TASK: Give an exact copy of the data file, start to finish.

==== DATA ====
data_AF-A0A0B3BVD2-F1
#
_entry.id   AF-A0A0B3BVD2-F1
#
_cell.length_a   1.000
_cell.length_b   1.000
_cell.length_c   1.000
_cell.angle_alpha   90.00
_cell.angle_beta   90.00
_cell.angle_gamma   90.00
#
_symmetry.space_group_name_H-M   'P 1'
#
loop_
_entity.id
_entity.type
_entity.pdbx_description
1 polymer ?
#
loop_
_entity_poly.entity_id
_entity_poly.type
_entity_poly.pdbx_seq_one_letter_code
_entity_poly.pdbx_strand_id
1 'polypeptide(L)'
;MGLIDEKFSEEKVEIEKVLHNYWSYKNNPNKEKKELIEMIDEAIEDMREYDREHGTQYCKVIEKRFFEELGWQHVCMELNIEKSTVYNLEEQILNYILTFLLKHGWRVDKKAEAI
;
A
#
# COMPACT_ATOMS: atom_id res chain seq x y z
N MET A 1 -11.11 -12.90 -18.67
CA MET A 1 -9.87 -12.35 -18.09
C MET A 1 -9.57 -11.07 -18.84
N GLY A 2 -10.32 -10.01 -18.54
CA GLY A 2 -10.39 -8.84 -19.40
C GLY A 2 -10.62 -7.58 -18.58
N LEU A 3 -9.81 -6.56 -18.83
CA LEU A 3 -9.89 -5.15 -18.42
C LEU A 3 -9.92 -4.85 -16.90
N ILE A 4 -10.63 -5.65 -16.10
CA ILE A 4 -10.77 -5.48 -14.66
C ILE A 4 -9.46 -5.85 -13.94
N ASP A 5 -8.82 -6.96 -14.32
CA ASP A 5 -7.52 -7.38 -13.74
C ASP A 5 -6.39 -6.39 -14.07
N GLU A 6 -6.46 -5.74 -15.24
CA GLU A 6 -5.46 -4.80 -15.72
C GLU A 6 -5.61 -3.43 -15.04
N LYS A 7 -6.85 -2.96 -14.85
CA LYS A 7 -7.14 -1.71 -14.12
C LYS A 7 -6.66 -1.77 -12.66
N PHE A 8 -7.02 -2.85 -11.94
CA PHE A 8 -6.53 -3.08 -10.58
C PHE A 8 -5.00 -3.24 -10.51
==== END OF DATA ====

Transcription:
data_AF-A0A0B3BVD2-F1
#
_entry.id   AF-A0A0B3BVD2-F1
#
_cell.length_a   1.000
_cell.length_b   1.000
_cell.length_c   1.000
_cell.angle_alpha   90.00
_cell.angle_beta   90.00
_cell.angle_gamma   90.00
#
_symmetry.space_group_name_H-M   'P 1'
#
loop_
_entity.id
_entity.type
_entity.pdbx_description
1 polymer ?
#
loop_
_entity_poly.entity_id
_entity_poly.type
_entity_poly.pdbx_seq_one_letter_code
_entity_poly.pdbx_strand_id
1 'polypeptide(L)'
;MGLIDEKFSEEKVEIEKVLHNYWSYKNNPNKEKKELIEMIDEAIEDMREYDREHGTQYCKVIEKRFFEELGWQHVCMELNIEKSTVYNLEEQILNYILTFLLKHGWRVDKKAEAI
;
A
#
# COMPACT_ATOMS: atom_id res chain seq x y z
N MET A 1 -11.11 -12.90 -18.67
CA MET A 1 -9.87 -12.35 -18.09
C MET A 1 -9.57 -11.07 -18.84
N GLY A 2 -10.32 -10.01 -18.54
CA GLY A 2 -10.39 -8.84 -19.40
C GLY A 2 -10.62 -7.58 -18.58
N LEU A 3 -9.81 -6.56 -18.83
CA LEU A 3 -9.89 -5.15 -18.42
C LEU A 3 -9.92 -4.85 -16.90
N ILE A 4 -10.63 -5.65 -16.10
CA ILE A 4 -10.77 -5.48 -14.66
C ILE A 4 -9.46 -5.85 -13.94
N ASP A 5 -8.82 -6.96 -14.32
CA ASP A 5 -7.52 -7.38 -13.74
C ASP A 5 -6.39 -6.39 -14.07
N GLU A 6 -6.46 -5.74 -15.24
CA GLU A 6 -5.46 -4.80 -15.72
C GLU A 6 -5.61 -3.43 -15.04
N LYS A 7 -6.85 -2.96 -14.85
CA LYS A 7 -7.14 -1.71 -14.12
C LYS A 7 -6.66 -1.77 -12.66
N PHE A 8 -7.02 -2.85 -11.94
CA PHE A 8 -6.53 -3.08 -10.58
C PHE A 8 -5.00 -3.24 -10.51